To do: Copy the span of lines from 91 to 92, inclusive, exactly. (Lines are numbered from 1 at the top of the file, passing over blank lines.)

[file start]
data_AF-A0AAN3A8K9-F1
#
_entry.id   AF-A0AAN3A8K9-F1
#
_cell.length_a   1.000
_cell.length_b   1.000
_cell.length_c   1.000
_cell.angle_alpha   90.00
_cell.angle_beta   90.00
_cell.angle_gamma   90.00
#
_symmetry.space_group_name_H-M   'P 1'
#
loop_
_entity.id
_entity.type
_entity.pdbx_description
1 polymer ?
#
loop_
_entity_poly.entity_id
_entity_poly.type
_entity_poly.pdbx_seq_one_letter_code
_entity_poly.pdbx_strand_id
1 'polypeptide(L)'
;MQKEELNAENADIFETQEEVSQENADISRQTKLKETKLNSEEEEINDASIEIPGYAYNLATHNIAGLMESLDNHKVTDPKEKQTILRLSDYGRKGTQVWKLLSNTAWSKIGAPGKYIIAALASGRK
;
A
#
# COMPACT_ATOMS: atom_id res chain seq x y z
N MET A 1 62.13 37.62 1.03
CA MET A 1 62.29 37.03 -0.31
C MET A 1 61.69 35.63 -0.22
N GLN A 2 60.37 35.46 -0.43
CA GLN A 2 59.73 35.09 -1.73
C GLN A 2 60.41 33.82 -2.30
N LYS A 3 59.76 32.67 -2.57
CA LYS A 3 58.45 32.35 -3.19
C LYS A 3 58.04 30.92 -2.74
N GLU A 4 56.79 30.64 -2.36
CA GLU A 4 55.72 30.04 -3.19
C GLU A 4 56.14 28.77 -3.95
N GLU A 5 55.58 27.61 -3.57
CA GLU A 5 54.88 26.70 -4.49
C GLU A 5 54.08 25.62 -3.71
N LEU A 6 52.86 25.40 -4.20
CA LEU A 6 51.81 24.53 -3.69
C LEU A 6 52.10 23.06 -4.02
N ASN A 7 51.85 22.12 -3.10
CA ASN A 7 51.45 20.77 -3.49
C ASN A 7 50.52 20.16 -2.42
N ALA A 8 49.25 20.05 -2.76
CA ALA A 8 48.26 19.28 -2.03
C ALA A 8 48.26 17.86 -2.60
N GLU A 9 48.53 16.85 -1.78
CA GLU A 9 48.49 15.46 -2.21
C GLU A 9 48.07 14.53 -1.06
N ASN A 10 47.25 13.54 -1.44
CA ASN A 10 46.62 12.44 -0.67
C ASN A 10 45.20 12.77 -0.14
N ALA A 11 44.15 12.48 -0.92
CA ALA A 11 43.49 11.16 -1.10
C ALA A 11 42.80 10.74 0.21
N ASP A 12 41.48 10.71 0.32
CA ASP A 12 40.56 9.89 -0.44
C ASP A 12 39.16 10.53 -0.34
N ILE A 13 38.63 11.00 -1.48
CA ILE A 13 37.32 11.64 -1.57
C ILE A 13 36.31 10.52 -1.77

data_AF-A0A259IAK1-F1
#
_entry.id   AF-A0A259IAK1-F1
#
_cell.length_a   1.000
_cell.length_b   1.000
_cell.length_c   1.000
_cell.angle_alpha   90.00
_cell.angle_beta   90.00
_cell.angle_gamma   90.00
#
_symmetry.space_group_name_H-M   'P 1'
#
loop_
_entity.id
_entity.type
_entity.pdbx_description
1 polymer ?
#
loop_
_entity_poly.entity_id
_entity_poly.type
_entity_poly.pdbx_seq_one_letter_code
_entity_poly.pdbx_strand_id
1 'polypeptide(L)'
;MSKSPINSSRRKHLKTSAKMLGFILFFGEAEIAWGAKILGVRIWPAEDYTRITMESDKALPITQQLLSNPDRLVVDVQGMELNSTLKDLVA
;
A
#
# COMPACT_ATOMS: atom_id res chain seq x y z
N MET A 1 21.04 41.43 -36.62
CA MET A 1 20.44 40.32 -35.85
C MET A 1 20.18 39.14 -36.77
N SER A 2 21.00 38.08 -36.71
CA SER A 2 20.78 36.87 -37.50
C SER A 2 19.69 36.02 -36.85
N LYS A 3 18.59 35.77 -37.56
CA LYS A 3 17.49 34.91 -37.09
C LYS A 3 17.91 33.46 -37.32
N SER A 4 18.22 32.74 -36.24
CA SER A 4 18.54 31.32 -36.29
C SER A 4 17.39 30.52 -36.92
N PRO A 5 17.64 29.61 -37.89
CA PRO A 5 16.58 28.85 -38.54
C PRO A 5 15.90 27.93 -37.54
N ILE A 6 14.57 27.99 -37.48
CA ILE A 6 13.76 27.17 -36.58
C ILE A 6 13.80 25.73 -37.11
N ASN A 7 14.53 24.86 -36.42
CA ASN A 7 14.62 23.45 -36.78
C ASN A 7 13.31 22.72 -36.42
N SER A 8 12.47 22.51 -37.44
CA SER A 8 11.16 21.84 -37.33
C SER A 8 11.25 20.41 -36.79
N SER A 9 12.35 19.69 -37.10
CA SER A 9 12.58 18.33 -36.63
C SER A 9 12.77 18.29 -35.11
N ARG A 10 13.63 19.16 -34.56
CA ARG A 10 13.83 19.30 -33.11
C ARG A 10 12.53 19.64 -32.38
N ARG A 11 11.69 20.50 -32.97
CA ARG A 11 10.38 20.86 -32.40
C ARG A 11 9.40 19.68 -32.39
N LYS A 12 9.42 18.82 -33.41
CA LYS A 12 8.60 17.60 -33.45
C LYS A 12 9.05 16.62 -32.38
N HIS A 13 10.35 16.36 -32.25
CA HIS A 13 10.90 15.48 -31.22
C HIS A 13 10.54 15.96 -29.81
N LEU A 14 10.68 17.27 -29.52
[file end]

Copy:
_entity_poly.type
_entity_poly.pdbx_seq_one_letter_code